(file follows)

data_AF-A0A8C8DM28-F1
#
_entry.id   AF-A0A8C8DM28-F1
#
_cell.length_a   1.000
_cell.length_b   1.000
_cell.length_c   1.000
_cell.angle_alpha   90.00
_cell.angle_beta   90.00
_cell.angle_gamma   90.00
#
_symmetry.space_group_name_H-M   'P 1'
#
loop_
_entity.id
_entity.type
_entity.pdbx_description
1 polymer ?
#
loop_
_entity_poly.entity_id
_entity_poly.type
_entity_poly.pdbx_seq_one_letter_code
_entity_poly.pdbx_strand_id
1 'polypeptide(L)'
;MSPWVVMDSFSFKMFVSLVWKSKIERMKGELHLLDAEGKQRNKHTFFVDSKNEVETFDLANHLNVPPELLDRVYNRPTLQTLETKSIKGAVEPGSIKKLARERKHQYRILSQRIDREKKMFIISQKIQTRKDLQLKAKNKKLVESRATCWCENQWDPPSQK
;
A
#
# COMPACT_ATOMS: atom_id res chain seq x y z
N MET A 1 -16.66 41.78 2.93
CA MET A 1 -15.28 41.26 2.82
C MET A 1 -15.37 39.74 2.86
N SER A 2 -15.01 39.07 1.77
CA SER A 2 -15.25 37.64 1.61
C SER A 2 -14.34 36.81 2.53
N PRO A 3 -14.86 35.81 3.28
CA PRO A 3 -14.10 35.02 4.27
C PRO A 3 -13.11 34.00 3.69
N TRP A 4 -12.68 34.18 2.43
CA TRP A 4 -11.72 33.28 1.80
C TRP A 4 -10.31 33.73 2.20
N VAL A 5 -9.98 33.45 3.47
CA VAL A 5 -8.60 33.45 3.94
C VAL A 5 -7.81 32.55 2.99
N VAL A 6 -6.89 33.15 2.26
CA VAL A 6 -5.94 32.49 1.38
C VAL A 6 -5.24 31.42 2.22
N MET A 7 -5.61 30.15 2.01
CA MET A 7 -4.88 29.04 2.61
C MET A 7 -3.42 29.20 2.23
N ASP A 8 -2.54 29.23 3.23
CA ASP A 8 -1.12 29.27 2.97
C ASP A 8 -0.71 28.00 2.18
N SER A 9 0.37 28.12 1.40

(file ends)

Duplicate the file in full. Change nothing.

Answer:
data_AF-A0A8C8DM28-F1
#
_entry.id   AF-A0A8C8DM28-F1
#
_cell.length_a   1.000
_cell.length_b   1.000
_cell.length_c   1.000
_cell.angle_alpha   90.00
_cell.angle_beta   90.00
_cell.angle_gamma   90.00
#
_symmetry.space_group_name_H-M   'P 1'
#
loop_
_entity.id
_entity.type
_entity.pdbx_description
1 polymer ?
#
loop_
_entity_poly.entity_id
_entity_poly.type
_entity_poly.pdbx_seq_one_letter_code
_entity_poly.pdbx_strand_id
1 'polypeptide(L)'
;MSPWVVMDSFSFKMFVSLVWKSKIERMKGELHLLDAEGKQRNKHTFFVDSKNEVETFDLANHLNVPPELLDRVYNRPTLQTLETKSIKGAVEPGSIKKLARERKHQYRILSQRIDREKKMFIISQKIQTRKDLQLKAKNKKLVESRATCWCENQWDPPSQK
;
A
#
# COMPACT_ATOMS: atom_id res chain seq x y z
N MET A 1 -16.66 41.78 2.93
CA MET A 1 -15.28 41.26 2.82
C MET A 1 -15.37 39.74 2.86
N SER A 2 -15.01 39.07 1.77
CA SER A 2 -15.25 37.64 1.61
C SER A 2 -14.34 36.81 2.53
N PRO A 3 -14.86 35.81 3.28
CA PRO A 3 -14.10 35.02 4.27
C PRO A 3 -13.11 34.00 3.69
N TRP A 4 -12.68 34.18 2.43
CA TRP A 4 -11.72 33.28 1.80
C TRP A 4 -10.31 33.73 2.20
N VAL A 5 -9.98 33.45 3.47
CA VAL A 5 -8.60 33.45 3.94
C VAL A 5 -7.81 32.55 2.99
N VAL A 6 -6.89 33.15 2.26
CA VAL A 6 -5.94 32.49 1.38
C VAL A 6 -5.24 31.42 2.22
N MET A 7 -5.61 30.15 2.01
CA MET A 7 -4.88 29.04 2.61
C MET A 7 -3.42 29.20 2.23
N ASP A 8 -2.54 29.23 3.23
CA ASP A 8 -1.12 29.27 2.97
C ASP A 8 -0.71 28.00 2.18
N SER A 9 0.37 28.12 1.40